Suddenly he was vaguely frightened, and cast around for a chance to leave again.
But the customers were coming thick and fast now, and he was unwilling to push against the flow. Besides, there was a camera coasting his way. It rode a jointed metal arm, like a mantis’s foreleg, dangling from a miniature electric trolley on a rail under the roof. Its dual eye, faceted, seemed to be focusing on him. He was even more reluctant to attract attention by leaving than he was to stay and watch the show.
He folded his arms close around his body as though to stop himself from shivering.
It would only be an hour, he consoled himself.
The introductory acts he was more or less able to disregard though some nausea gathered in a bubble at the base of his gullet during the second item: imported from Iraq, one genuine snake-eater, an ugly man with a bulging forehead hinting at hydrocephalic idiocy who calmly offered his tongue to a snake, let it strike, then drew in his tongue again, bit off its head, chewed and swallowed, then rose shyly grinning to acknowledge the audience’s howls of applause.
Then came a stylized match between gladiators, a nod to the ostensible “Roman” format of the show, which concluded with the retiarius bleeding from a leg wound and the gladiator proper—the man with the sword and shield—strutting around the arena prouder than a turkeycock, having done nothing to speak of.
Dull resentment burgeoned in his mind.
It’s disgusting. Butchered to make a Roman holiday. A cheat from start to finish. Filthy. Horrible. This is where parents learn to raise the kids who get their kicks from tribaling a stranger’s home. This is where they get taught you should remember how you killed your mother. Cut off your father’s balls. Ate the baby to stop mom and dad loving it more than you. Sick. All sick. Crazy sick.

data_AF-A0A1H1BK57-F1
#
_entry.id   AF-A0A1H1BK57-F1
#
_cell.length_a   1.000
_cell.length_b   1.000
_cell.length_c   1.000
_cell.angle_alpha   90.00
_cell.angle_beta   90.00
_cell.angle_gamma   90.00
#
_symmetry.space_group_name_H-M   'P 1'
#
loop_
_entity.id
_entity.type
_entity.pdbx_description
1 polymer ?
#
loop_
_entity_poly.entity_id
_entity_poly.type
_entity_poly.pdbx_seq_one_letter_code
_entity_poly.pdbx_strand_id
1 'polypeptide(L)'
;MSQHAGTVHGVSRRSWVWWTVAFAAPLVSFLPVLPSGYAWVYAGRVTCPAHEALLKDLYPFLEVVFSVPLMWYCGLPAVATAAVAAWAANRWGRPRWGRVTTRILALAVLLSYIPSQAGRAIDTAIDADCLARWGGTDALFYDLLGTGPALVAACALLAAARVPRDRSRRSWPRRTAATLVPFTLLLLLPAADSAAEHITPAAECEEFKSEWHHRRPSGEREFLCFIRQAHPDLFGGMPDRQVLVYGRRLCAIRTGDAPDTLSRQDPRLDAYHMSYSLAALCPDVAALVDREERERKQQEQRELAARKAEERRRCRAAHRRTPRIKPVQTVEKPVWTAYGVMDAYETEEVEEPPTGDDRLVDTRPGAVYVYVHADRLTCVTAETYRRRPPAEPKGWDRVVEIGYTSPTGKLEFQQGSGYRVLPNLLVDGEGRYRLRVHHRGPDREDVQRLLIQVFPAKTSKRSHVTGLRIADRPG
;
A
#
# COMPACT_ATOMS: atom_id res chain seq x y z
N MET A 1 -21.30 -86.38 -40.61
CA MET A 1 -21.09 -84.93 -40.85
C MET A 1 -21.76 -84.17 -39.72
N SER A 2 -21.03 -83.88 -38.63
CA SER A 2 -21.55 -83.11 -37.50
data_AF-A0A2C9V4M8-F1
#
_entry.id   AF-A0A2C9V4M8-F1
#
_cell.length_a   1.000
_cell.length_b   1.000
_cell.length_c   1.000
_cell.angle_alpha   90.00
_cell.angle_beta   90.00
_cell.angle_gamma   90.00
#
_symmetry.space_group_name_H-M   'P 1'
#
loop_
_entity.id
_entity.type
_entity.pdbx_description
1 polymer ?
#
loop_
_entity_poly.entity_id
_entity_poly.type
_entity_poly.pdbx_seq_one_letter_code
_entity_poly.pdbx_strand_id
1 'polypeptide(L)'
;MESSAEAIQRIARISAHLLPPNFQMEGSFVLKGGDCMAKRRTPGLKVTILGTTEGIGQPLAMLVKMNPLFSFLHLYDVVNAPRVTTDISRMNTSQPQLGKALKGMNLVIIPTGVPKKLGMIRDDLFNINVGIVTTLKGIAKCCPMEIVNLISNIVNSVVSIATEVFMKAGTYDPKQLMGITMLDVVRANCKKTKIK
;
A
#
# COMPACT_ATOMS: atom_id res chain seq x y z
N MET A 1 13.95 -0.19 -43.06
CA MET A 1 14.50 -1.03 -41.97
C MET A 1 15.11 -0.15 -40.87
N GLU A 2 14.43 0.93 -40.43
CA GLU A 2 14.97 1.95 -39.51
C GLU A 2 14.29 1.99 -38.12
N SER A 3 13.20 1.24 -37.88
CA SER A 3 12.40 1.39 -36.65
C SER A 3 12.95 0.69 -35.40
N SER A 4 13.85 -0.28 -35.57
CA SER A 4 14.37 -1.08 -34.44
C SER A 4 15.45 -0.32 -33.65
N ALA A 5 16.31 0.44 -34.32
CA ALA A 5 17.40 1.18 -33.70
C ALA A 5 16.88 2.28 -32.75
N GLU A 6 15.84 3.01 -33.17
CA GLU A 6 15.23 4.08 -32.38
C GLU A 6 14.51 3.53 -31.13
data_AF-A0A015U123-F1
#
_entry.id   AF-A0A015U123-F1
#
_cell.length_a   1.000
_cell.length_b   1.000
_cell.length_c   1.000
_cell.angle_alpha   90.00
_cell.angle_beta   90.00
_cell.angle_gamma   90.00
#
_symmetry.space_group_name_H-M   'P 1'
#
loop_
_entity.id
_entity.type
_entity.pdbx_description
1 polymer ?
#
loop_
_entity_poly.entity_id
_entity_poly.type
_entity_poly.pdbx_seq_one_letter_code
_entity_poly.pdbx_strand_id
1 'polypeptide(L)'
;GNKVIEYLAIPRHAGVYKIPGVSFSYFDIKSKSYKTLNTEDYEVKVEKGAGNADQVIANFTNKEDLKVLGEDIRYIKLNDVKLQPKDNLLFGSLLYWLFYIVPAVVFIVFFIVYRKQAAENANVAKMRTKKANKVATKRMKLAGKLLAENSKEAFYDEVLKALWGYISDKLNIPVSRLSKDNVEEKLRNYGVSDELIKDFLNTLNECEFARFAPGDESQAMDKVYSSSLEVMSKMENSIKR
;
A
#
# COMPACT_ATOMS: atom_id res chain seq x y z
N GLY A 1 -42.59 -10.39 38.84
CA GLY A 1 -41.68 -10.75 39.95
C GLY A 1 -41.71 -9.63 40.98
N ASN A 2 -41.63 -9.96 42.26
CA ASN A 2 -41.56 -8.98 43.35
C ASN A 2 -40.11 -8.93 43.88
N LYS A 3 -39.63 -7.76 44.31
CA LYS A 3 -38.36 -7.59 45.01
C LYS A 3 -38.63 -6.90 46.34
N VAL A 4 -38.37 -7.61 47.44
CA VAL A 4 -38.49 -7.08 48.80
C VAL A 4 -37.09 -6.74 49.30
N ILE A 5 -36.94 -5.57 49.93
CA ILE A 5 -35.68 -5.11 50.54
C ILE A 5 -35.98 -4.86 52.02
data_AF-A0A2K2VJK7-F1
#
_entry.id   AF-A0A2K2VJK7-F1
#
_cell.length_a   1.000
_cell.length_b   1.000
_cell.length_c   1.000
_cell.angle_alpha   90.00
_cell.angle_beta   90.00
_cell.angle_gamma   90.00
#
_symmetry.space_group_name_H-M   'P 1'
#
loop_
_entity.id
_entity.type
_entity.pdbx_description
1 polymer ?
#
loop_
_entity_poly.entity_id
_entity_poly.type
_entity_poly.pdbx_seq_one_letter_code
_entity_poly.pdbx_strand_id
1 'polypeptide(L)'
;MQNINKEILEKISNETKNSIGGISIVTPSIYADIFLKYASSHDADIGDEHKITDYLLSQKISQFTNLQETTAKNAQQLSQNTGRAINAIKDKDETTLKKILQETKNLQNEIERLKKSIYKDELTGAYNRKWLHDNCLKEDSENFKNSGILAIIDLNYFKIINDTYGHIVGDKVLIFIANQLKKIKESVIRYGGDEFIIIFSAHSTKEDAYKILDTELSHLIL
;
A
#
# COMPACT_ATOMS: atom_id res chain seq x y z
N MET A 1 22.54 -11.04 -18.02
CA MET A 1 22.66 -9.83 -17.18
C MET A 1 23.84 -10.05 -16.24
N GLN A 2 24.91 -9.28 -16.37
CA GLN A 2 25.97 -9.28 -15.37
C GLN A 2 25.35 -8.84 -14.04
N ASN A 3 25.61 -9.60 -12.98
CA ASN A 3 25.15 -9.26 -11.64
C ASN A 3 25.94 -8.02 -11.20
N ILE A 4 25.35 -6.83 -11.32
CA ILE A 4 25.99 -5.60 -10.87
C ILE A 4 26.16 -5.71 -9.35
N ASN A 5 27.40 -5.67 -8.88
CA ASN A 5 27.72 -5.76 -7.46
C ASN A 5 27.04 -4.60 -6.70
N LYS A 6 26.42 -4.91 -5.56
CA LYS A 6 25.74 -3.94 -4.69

At Tarnover there had been a kind of subcult for circus. Something to do with channeling aggression into socially acceptable paths. The memory was a dun echo.
There was a dreadful confusion inside his head. He was hungry and thirsty and above all miserable.
“And now a short break so our sponsors’ messages can reach the world,” boomed the master of ceremonies over the monstrously loud PA. “Time for me to let you know about a unique feature of our Roman shows. Al Jackson, who’s our champion gladiator, that you saw a minute back…” Pause for a ripple of renewed clapping and shouting.
“Yea-hey! Tough as they come, with family following in his footsteps—y’know his son is warlord of the Blackass tribe?” Pause. This time not filled. As though the speaker had been waiting for a scream and yell from the tribers, who weren’t present.
But he covered the hiatus expertly.
“Al issues a real-time challenge on all these shows—yes, literally a challenge in real time, no fixing, no prearrangement. Want to try your skill against him, take over the net and trident for the final slot? You can, any of you! Just stand up and holler how!” Without intending, he was on his feet.
“He raised the warlord of the Blackass tribe?” He heard his own voice as though it were coming from light-years’ distance.
“Yeah man! A son to be proud of, young Bud Jackson!”
“Then I’m going to take Al to little tiny pieces.” He was leaving his seat, still listening to himself shout at the top of his lungs. “I’m going to make him weep and beg and plead for mercy. I’m going to teach him all the things his son taught me, and I am going to make him howl, and blubber, and plead and moan. And it’s going to go on for a lot longer than this show.” There was a rattle of applause, and the audience sat up and looked eager.
Someone patted him on the shoulder as he passed and wished him luck.
DEFINITION OF TERMS “A classic instance of the death wish.”
“Garbage. I had no least intention of being dead. I’d watched that fat slob. I knew I could dismantle him even though I was weak and excessively angry. Didn’t I prove it? He was seven days in the hospital, you know, and he’ll never walk straight again.”